The Road Ahead
Saturday 4th January 2020
We begin 2020 recovering from a cyclone. Perhaps it is a timely reminder that hard economic times are ahead – and we have little confidence in our current government to solve our problems.
In my NFP’s New Year message, I asked the people of Fiji to remain optimistic and positive. I also said in the next 12 to 24 months, the NFP would roll out policies and a vision for the future – how we must change our economy, our education system, our social services, and how we must prepare for the next 20 years.
I also said it was most important for us to learn from our mistakes of the past and to change the way we are governed
Our economy is now projected to sharply decline to just 1% economic growth in 2019, following the debt-fuelled spending spree of the “Bainimarama Boom”. The reality is that the economy will in the next few years, struggle to achieve any decent growth to sustain our development requirements.
All our economic sectors are either struggling for survival or severely affected by lack of funding from Government.
Fiji’s current two-man “My Way or the Highway” government cannot:
• fix our basic utilities and infrastructure
• reduce the increasingly unbearable cost of living
• fix our deteriorating public hospitals and medical services
• grow our declining sugar industry
• improve our declining quality of education.
For years we have asked the Government to work in a bi-partisan way with Opposition parties. If there are to be lasting solutions, all of us must consult each other and work together. We must go back to Fiji’s most important resource – the skills and generosity of our own people.
Independence and people
We are now in our fiftieth year of Independence. We will celebrate that anniversary in October. In our first 50 years our different governments have built many things – roads, schools, hospitals and water supplies. They pay the salaries of our public servants. And all of these are important and necessary. But these things do not build a country. That is what people do.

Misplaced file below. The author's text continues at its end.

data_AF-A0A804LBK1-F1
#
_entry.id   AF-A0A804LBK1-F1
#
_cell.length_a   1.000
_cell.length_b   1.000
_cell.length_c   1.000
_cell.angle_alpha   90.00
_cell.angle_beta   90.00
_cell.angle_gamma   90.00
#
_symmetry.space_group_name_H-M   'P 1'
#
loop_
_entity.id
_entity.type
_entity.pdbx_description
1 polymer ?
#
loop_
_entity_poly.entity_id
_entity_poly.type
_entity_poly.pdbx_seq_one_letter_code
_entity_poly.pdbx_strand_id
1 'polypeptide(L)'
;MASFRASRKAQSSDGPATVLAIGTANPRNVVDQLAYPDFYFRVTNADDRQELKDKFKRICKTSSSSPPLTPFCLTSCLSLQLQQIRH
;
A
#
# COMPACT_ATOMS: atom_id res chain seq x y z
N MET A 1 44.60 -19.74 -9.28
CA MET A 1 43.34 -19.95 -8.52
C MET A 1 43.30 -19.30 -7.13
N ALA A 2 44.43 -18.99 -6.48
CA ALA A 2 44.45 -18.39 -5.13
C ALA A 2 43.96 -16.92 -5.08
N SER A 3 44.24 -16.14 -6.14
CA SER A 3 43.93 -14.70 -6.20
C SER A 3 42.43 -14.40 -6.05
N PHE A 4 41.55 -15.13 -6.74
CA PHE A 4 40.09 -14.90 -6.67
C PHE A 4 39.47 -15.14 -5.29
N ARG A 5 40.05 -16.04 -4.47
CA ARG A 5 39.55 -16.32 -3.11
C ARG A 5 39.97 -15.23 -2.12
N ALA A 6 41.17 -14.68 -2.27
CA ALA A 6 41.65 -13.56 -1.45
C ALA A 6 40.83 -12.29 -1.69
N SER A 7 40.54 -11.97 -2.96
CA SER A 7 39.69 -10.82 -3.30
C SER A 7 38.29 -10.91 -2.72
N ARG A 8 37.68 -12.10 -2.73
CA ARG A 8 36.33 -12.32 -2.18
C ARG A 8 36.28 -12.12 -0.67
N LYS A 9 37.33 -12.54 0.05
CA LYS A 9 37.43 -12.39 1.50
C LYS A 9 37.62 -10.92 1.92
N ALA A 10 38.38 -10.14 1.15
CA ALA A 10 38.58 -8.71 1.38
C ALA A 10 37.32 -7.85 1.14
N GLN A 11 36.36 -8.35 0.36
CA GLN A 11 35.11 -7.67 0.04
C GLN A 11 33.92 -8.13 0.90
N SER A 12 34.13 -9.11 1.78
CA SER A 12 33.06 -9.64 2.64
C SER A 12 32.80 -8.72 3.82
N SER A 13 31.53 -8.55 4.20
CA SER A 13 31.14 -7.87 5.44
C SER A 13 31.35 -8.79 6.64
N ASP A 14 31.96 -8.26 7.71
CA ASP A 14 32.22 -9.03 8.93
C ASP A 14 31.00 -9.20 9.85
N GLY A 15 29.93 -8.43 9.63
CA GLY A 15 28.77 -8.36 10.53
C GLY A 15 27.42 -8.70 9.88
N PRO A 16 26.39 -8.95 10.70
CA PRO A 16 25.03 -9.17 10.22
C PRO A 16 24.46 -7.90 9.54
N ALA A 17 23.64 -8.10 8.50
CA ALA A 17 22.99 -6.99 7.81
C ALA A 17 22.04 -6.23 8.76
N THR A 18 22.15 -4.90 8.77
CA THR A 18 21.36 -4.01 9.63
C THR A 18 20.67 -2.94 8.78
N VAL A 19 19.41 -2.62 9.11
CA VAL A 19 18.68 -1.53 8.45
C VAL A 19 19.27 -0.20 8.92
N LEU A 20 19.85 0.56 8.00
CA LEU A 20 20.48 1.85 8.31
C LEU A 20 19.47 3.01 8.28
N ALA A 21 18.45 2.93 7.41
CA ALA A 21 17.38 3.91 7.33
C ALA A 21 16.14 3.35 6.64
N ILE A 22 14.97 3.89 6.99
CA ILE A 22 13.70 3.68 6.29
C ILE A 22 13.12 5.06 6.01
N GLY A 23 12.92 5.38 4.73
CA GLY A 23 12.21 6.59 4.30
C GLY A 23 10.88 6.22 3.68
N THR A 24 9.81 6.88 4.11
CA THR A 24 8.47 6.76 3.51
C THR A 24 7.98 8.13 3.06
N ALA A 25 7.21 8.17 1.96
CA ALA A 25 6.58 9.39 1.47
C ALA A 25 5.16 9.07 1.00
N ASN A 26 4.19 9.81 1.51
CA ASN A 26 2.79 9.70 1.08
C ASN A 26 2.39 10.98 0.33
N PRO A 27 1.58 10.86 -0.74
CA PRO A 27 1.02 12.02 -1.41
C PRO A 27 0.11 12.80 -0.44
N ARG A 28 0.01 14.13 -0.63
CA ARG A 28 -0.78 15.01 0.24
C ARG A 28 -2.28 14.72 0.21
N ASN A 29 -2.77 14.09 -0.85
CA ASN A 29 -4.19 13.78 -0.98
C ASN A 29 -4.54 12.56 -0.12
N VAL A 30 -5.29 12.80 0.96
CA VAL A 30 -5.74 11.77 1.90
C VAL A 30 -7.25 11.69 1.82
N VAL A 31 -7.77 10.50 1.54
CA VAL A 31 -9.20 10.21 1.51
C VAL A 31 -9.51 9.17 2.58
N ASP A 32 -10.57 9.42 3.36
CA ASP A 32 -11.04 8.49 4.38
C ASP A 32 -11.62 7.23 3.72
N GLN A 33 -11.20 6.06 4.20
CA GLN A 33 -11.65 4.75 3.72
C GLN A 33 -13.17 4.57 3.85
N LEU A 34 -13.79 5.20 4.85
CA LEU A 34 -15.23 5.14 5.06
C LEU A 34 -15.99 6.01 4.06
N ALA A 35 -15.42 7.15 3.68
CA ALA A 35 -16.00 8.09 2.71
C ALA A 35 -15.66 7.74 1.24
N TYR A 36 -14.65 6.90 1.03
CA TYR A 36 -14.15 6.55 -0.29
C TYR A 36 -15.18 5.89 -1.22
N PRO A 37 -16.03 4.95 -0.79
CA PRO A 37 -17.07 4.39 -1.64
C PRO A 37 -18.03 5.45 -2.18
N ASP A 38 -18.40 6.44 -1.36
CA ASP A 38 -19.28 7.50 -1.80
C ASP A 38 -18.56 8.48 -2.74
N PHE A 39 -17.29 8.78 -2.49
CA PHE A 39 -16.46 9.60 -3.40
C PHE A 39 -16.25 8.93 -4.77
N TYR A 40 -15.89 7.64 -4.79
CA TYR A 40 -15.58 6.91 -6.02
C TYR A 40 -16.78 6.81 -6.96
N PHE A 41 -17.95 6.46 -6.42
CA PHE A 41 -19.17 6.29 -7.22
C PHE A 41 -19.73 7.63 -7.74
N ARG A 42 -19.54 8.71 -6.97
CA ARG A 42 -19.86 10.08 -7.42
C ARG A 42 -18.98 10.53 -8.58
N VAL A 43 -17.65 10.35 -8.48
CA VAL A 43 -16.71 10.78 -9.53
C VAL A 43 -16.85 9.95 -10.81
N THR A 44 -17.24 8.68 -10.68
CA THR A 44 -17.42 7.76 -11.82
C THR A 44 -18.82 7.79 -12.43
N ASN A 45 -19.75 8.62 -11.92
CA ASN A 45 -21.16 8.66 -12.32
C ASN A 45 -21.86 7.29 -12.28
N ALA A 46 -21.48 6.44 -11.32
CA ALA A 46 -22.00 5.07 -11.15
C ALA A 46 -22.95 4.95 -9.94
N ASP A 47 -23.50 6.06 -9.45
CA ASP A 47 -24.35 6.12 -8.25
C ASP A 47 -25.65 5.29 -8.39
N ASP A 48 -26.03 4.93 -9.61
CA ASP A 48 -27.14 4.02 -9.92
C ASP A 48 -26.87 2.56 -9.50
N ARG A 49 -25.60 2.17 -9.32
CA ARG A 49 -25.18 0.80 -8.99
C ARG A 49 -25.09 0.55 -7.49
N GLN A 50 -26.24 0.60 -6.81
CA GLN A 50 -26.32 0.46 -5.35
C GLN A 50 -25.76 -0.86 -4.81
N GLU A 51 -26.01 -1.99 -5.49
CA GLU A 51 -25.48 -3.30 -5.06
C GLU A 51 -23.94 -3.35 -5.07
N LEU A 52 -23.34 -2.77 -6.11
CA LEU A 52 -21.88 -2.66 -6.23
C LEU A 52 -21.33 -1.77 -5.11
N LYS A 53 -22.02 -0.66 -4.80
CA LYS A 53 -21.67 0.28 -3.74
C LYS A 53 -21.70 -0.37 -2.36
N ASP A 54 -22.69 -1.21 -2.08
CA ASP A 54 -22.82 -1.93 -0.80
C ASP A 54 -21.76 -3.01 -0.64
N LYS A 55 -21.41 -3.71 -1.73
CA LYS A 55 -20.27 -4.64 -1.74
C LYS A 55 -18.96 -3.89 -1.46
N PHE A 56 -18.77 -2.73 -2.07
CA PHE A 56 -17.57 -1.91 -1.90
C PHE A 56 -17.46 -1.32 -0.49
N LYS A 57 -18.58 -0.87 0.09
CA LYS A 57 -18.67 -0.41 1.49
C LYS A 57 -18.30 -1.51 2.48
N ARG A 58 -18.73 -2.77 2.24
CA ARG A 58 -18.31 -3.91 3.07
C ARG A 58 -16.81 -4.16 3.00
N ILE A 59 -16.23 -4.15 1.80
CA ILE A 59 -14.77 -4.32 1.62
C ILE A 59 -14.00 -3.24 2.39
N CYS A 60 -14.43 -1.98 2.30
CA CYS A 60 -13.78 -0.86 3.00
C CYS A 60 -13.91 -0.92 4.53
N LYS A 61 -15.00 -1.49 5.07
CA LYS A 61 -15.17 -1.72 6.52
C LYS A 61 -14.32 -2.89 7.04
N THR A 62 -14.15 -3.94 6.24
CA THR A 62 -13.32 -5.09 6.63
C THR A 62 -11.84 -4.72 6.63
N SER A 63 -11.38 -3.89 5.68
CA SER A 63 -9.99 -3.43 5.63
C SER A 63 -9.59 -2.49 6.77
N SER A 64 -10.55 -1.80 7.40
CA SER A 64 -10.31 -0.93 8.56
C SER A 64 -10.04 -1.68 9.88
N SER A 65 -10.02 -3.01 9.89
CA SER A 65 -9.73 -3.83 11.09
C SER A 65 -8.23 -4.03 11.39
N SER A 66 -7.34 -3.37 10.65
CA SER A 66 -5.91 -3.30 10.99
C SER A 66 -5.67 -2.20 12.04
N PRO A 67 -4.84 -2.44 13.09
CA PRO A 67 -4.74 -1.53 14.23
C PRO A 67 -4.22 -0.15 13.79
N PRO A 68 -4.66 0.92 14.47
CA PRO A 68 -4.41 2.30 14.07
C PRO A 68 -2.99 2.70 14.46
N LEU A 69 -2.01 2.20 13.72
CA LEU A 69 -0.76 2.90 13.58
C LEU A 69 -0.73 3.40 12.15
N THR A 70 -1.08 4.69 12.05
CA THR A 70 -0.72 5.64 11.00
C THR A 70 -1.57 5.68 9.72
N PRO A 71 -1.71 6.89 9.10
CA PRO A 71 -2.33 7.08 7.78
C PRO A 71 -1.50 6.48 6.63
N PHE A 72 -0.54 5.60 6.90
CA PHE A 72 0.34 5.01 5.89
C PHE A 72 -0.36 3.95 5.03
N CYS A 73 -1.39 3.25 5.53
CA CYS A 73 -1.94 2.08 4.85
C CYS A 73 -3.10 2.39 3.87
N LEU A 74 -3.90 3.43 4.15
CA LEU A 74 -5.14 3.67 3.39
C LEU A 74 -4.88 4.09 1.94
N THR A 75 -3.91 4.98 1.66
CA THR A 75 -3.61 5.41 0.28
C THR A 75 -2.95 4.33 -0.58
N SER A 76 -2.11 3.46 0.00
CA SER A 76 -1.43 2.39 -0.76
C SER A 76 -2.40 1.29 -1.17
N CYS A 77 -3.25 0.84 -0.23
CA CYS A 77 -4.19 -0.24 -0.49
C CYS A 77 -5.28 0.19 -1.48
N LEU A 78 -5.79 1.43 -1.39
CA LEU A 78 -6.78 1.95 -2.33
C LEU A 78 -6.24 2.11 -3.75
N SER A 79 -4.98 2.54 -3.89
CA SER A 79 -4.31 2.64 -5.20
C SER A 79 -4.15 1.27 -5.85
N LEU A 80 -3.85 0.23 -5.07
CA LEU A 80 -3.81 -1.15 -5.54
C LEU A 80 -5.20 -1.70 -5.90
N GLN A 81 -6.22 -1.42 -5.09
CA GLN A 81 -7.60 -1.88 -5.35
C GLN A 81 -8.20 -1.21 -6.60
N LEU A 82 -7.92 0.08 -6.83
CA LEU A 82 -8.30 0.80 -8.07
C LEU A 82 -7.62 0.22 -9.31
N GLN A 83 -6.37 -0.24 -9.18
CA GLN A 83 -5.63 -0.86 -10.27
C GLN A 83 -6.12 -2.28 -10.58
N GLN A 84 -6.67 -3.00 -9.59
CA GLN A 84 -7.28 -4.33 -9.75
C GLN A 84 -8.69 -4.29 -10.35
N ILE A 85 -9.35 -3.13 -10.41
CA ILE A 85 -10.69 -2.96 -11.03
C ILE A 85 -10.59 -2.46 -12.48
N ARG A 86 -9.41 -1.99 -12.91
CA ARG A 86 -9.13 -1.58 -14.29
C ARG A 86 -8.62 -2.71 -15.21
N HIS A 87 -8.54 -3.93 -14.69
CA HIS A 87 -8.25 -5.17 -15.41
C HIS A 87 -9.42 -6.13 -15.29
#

Our real quality of life depends on our attitudes to our neighbours and our willingness to share what we have with others.
Fiji has been built on generosity and sharing. The indigenous people of our country have been generous with their land and resources. Over many decades they made room for other communities to build their lives and raise their families here.
And those migrant communities have, in their turn, given back, contributing significantly to our economy, to education and the development of the skills we all now possess and which enable us to live and work together as an independent country.
And this process goes on. Every day people share their food, their time and their views with each other. They help each other in times of need. They build bonds that last lifetimes.
Most of our people are young. For them, Independence is history. But there are still many of us who remember the towering figures in our past. Ratu Sukuna and Mr A D Patel had left us by 1970. But leaders like Ratu Sir Kamisese Mara, Ratu Edward Cakobau, Ratu Sir Penaia Ganilau and Mr S M Koya were there.
These leaders had a clear vision and a determination to look past our differences. Because of course we had our differences then, just as we do today. They were politicians who depended on votes, just as we do today. They attacked and criticized each other, just as we do today.